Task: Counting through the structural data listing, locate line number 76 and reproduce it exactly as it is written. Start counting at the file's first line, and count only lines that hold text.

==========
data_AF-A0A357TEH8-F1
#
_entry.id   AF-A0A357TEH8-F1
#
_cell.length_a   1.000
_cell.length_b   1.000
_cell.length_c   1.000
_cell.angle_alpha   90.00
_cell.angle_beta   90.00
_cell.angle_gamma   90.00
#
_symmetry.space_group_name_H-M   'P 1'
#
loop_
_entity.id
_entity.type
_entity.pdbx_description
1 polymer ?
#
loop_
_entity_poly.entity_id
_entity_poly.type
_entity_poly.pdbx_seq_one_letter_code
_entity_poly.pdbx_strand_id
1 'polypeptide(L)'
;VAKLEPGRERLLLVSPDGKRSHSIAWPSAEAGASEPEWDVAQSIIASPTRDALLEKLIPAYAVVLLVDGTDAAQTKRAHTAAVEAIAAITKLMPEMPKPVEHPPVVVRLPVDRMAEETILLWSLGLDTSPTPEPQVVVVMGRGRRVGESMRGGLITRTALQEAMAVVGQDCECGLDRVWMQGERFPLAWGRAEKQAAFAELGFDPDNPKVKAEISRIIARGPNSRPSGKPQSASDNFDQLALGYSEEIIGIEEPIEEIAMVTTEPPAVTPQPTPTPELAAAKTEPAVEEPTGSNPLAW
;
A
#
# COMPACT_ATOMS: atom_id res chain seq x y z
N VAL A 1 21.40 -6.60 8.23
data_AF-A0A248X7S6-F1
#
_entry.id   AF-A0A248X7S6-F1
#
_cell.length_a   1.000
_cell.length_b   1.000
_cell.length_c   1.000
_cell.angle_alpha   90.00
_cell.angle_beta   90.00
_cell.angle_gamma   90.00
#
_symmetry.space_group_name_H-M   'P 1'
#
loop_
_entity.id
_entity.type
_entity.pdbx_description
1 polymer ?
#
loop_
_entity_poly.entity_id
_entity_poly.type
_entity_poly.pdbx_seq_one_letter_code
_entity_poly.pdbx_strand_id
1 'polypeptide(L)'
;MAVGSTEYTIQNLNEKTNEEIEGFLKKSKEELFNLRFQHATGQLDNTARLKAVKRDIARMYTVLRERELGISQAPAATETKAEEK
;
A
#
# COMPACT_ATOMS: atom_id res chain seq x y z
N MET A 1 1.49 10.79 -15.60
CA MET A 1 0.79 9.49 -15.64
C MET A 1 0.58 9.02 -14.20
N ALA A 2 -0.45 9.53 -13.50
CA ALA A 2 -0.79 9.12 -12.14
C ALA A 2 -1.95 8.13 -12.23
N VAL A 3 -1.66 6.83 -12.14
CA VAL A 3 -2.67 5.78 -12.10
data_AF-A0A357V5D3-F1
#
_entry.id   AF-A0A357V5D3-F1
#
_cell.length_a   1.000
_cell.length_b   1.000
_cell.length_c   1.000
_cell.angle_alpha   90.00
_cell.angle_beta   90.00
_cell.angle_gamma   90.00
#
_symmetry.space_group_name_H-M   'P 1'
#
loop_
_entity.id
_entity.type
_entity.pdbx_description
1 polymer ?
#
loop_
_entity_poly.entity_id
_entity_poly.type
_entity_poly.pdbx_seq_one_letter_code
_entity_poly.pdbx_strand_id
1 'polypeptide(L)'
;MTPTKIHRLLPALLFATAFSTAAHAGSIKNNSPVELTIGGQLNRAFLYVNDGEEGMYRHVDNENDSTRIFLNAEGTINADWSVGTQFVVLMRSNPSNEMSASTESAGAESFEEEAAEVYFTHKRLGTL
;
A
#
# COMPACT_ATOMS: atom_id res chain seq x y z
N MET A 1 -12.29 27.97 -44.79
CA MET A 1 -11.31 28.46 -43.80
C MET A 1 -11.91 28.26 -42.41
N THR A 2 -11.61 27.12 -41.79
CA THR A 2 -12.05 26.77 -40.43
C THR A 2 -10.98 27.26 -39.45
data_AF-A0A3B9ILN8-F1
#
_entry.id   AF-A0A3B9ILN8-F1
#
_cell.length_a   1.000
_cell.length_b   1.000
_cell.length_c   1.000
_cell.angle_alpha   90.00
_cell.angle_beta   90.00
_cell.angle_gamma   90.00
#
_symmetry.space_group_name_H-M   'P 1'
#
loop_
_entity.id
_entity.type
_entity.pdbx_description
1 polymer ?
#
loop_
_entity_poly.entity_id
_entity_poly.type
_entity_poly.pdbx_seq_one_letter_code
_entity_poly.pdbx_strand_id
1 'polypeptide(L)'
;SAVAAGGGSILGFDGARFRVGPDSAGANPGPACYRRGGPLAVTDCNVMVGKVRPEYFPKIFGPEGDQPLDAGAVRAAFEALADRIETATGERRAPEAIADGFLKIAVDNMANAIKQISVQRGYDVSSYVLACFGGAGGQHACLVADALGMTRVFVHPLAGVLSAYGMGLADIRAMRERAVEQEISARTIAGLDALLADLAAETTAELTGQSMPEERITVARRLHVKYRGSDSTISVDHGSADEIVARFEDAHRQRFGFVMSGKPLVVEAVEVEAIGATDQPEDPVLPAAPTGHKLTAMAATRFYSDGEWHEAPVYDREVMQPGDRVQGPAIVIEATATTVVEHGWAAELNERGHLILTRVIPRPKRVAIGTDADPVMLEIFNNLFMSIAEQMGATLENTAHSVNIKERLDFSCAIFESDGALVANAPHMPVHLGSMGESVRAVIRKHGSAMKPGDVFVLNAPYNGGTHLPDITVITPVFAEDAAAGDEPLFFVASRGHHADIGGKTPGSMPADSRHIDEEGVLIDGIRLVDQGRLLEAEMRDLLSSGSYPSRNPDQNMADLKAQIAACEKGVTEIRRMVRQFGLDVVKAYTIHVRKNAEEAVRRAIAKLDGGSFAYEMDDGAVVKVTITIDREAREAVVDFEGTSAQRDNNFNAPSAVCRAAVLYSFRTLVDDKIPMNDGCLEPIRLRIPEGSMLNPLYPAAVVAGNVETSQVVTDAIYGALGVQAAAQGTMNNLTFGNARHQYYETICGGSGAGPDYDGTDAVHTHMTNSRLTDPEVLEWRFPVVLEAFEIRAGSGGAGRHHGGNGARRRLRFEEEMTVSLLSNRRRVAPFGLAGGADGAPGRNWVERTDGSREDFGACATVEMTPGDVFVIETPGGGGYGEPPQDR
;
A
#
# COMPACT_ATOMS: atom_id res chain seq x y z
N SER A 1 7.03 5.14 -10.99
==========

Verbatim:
_cell.length_c   1.000